"For a year, I led a double life, with his knowledge. His hope that it would pass turned into real pain and hurt on his part, but I couldn’t stop, because for the first time in my life I felt this great intimacy. He and I separated two years ago, and since then we’ve gotten along really well. We decided not to divorce and to go on raising our kids together, via joint custody. We live near one another, and we spent the most recent Family Day all together. He met my second partner and really liked her. "The kids know everything and I am always exposing them to information about various family alternatives, so that they’ll understand that there are other possibilities aside from the established model of dad, mom and kids in one house. He and I have complete trust in one another and I don’t feel that I have to protect myself from him or close him out of my life.
I still love him, and I married him for all the right reasons, but all my concerted efforts back then to overcome the lack of adequate intimacy, for me, didn’t get anywhere. Even now I don’t negate the possibility that one day I could fall in love with him again." "If there’s a motivation to keep the family framework going, there are a lot of ways to do that," says Naomi Raz. "It depends, of course, on the willingness of both partners to rewrite their agreement as a couple, and for that there has to be a lot of openness and creativity." Another support group for married lesbians, led by Raz, will soon begin meeting in Jerusalem; there has been a support group for married gay men there for the last seven years. During that time, more than 500 requests were logged from men wishing to participate in the support group. Raz also led a group of 10 straight women married to gay men. "Today it has become legitimate to open up the traditional marriage contract for discussion and to consider new lifestyles," she says. You’ll get over it Many women ask themselves the reason for their sexual orientation.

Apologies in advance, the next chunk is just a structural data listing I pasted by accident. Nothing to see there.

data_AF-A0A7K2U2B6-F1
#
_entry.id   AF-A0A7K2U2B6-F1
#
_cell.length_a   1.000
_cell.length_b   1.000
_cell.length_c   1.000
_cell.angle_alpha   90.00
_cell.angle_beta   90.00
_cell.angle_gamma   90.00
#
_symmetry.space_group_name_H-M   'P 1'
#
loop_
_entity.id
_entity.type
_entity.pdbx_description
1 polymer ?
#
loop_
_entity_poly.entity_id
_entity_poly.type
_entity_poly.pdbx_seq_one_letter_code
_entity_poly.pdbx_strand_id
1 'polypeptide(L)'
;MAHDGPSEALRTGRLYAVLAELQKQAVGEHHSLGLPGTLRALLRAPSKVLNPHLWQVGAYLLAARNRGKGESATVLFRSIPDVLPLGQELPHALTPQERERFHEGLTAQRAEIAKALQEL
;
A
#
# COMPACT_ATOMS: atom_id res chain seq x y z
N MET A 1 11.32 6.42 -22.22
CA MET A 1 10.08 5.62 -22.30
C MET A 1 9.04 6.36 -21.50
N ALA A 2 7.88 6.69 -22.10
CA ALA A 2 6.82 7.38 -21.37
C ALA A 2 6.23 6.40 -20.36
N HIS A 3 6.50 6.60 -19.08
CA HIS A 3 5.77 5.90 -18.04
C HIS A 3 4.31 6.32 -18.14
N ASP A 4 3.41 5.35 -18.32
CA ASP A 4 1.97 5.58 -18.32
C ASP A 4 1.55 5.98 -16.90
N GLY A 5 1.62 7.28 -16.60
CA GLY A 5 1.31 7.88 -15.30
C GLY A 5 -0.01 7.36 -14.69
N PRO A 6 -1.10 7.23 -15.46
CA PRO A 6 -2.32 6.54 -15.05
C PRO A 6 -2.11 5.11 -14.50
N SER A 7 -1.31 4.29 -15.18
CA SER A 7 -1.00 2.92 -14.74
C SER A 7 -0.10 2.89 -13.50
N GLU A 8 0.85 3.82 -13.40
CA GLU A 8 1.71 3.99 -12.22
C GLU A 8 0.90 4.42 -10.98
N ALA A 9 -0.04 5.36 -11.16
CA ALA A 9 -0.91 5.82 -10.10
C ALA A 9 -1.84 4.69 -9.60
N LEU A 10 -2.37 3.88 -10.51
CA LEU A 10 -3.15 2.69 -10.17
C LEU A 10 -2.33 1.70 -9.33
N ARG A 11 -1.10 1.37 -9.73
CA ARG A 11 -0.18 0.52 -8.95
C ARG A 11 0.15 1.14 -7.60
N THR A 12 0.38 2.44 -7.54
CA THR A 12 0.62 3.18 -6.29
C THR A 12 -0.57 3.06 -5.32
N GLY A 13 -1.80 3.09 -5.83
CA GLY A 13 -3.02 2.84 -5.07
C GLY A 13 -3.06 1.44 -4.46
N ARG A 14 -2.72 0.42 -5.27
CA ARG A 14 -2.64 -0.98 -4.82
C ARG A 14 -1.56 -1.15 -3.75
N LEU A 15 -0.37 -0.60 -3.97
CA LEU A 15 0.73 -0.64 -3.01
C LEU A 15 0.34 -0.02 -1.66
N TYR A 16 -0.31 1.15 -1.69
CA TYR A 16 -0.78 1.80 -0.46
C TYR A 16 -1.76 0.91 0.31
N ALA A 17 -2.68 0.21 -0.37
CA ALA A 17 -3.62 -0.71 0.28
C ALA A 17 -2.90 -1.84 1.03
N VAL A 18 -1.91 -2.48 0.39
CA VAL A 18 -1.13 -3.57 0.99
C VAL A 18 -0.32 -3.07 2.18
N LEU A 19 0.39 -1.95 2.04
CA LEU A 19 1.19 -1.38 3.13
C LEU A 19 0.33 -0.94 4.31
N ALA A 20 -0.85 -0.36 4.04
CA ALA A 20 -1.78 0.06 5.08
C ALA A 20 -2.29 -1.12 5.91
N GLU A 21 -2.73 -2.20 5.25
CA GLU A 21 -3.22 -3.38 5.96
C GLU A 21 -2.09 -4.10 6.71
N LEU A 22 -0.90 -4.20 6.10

For Liora (not her real name), 42, who as a child was sexually and physically abused by her father, the reason is unclear. "Some people think I’m a lesbian because of the trauma from my childhood, but I have no idea. In my opinion, I was always a lesbian, but the male culture in which we live didn’t allow me to find my identity at an earlier point in my life." Liora says that her difficult childhood was behind her decision to marry, and that her choice of a husband was based on his ostensibly being so different from her father. "In contrast to my father, who was ignorant, my husband was an educated man; compared with my father, who was poor, he offered me wealth. From Bat Yam, I moved to North Tel Aviv, and I remember believing that I loved him and that he was perfect. Even when he started being violent toward me, I denied it because he didn’t fit my image of the stereotypical abusive husband.